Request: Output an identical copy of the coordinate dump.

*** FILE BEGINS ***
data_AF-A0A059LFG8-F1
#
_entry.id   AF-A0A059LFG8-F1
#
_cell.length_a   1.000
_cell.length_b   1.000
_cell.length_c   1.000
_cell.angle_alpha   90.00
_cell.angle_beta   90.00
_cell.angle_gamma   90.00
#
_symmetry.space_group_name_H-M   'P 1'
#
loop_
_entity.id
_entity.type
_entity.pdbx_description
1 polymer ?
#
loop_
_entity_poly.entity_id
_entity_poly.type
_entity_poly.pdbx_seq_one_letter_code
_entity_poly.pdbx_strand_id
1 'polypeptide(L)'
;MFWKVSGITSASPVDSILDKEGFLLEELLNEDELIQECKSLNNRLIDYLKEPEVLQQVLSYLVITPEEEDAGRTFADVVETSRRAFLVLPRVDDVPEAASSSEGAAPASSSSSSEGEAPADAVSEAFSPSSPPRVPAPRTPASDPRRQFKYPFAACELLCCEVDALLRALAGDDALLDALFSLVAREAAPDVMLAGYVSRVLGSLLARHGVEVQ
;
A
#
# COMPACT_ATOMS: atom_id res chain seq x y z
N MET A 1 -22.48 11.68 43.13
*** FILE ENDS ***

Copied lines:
data_AF-A0A059LFG8-F1
#
_entry.id   AF-A0A059LFG8-F1
#
_cell.length_a   1.000
_cell.length_b   1.000
_cell.length_c   1.000
_cell.angle_alpha   90.00
_cell.angle_beta   90.00
_cell.angle_gamma   90.00
#
_symmetry.space_group_name_H-M   'P 1'
#
loop_
_entity.id
_entity.type
_entity.pdbx_description
1 polymer ?
#
loop_
_entity_poly.entity_id
_entity_poly.type
_entity_poly.pdbx_seq_one_letter_code
_entity_poly.pdbx_strand_id
1 'polypeptide(L)'
;MFWKVSGITSASPVDSILDKEGFLLEELLNEDELIQECKSLNNRLIDYLKEPEVLQQVLSYLVITPEEEDAGRTFADVVETSRRAFLVLPRVDDVPEAASSSEGAAPASSSSSSEGEAPADAVSEAFSPSSPPRVPAPRTPASDPRRQFKYPFAACELLCCEVDALLRALAGDDALLDALFSLVAREAAPDVMLAGYVSRVLGSLLARHGVEVQ
;
A
#
# COMPACT_ATOMS: atom_id res chain seq x y z
N MET A 1 -22.48 11.68 43.13